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The Book Arts in Russia

There was in interesting article in the Business Section (of all places!) in
the Sunday The New York Times (9/5/99).  Under the title of "A Russian
Capitalist Abandons the Rat Race to Pursue a Lost Art," it told about Pytor
Suspitsyn, 35, who gave up his export-import business to start Rare Books of
St. Petersburg.  He and his staff of six have so far produced 19 titles in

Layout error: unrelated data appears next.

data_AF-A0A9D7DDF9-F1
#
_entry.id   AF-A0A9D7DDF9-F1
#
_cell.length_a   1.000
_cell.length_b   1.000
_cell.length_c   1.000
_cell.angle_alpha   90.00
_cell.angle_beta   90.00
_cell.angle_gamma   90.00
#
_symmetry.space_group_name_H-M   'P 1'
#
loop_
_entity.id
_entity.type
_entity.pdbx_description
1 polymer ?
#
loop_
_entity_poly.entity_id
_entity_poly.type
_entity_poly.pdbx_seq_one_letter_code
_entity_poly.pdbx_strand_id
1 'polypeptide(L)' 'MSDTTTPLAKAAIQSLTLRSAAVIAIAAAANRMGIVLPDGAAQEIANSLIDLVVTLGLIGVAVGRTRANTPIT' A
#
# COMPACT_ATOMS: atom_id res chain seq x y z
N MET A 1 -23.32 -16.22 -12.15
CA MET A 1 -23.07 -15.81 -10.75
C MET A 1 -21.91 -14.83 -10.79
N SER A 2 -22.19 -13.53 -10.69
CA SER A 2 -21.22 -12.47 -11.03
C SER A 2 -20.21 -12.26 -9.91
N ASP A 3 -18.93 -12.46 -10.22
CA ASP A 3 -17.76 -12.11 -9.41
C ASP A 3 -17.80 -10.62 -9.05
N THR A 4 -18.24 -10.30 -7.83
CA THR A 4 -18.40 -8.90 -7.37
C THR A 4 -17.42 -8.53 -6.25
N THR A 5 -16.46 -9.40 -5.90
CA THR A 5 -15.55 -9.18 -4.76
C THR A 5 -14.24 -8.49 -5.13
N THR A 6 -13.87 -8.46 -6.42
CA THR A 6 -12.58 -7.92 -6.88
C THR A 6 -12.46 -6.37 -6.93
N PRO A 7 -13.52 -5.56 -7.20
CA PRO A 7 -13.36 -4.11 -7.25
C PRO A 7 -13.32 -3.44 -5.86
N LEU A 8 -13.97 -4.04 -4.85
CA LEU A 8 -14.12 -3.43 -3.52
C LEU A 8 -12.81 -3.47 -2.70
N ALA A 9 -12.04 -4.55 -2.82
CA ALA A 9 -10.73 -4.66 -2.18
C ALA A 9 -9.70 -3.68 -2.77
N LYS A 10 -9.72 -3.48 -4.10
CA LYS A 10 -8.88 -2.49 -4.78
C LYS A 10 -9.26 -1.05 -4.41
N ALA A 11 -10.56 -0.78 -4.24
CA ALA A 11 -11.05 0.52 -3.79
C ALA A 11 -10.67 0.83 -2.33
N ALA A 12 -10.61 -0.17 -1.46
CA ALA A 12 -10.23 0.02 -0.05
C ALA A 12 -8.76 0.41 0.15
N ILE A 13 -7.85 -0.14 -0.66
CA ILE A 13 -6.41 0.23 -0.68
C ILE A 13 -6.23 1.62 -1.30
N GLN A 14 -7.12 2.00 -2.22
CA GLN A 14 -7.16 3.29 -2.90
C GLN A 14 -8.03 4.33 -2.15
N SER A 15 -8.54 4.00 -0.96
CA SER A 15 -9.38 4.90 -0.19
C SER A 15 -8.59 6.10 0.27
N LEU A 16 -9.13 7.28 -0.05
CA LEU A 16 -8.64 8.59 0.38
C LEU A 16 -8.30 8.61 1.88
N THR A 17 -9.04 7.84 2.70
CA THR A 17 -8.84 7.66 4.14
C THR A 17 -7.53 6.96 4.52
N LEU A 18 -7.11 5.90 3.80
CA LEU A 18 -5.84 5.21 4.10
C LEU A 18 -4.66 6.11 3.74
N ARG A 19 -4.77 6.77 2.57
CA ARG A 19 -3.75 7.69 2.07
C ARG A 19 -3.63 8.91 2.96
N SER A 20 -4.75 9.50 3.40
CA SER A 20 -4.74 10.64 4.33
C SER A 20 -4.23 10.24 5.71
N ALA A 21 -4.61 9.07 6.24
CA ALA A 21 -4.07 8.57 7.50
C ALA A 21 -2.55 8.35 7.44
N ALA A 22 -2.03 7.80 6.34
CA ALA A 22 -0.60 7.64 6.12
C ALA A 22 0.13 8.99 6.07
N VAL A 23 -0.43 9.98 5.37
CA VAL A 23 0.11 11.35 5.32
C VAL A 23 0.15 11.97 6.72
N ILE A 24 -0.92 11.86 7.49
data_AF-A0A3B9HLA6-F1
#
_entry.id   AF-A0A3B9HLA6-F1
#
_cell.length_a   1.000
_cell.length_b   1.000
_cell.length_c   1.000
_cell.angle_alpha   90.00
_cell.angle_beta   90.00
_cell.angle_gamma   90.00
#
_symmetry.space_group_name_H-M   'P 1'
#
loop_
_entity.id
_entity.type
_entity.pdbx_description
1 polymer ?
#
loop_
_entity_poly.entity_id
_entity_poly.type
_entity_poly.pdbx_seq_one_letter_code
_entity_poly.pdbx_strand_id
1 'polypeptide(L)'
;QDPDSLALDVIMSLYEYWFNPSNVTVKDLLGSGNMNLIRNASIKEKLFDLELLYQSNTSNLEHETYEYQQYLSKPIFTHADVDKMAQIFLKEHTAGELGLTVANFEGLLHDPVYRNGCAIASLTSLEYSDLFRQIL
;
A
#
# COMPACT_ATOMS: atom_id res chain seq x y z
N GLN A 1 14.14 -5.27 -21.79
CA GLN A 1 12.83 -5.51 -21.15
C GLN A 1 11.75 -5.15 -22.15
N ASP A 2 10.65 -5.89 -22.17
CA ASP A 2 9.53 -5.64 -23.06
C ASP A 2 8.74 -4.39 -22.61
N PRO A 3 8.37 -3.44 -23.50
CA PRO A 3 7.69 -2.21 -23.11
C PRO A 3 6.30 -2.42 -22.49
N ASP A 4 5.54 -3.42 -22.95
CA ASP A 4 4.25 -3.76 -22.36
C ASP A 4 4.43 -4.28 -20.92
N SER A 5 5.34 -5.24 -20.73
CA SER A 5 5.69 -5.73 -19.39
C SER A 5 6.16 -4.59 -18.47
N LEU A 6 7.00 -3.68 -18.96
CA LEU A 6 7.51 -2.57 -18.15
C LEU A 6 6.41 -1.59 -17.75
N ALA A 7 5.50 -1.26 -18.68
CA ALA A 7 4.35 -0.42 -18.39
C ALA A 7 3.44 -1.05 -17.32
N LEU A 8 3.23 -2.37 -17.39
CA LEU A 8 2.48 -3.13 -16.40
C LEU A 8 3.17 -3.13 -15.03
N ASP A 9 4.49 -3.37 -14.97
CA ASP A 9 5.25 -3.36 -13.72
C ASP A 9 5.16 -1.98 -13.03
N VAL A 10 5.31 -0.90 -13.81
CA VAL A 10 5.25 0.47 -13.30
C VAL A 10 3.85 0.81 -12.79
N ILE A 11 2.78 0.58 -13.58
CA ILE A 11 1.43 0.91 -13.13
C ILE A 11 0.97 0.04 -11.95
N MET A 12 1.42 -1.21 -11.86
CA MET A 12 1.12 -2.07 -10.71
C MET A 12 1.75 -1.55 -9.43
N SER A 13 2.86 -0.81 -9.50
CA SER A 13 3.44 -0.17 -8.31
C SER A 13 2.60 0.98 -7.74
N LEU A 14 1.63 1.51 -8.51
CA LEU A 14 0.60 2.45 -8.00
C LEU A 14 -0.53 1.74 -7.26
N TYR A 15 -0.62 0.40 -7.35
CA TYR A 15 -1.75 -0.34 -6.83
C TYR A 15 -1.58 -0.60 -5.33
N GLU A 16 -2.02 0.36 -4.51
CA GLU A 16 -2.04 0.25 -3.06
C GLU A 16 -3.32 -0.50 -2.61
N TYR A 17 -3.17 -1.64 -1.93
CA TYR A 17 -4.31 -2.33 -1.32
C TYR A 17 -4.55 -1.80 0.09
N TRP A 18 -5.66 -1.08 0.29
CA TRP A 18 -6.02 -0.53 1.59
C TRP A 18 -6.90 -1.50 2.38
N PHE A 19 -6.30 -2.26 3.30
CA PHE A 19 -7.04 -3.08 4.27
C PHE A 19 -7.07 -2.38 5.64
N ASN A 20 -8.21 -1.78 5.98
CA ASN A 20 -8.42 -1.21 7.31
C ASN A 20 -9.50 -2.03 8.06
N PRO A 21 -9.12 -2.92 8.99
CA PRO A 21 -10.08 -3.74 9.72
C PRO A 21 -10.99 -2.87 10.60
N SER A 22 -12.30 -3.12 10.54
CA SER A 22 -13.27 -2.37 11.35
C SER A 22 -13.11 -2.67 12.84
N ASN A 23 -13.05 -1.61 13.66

editions of 5-30 copies that sell for $1,000-$5,000.

"Mr. Suspitsyn's Book of Psalms has a walnut cover with a brass engraving of
King David playing his lyre; the palm-sized editions of Shakespeare's sonnets
is bound in velvet; his editions of 'Antigone' in the original ancient Greek
of Sophocles is bound with ceramic covers showing the heroine's head cracked
like a dinner plate."

The "New York library" bought a copy of one of his books, a prose retelling
of an unsigned 17th-centrury Russian epic.

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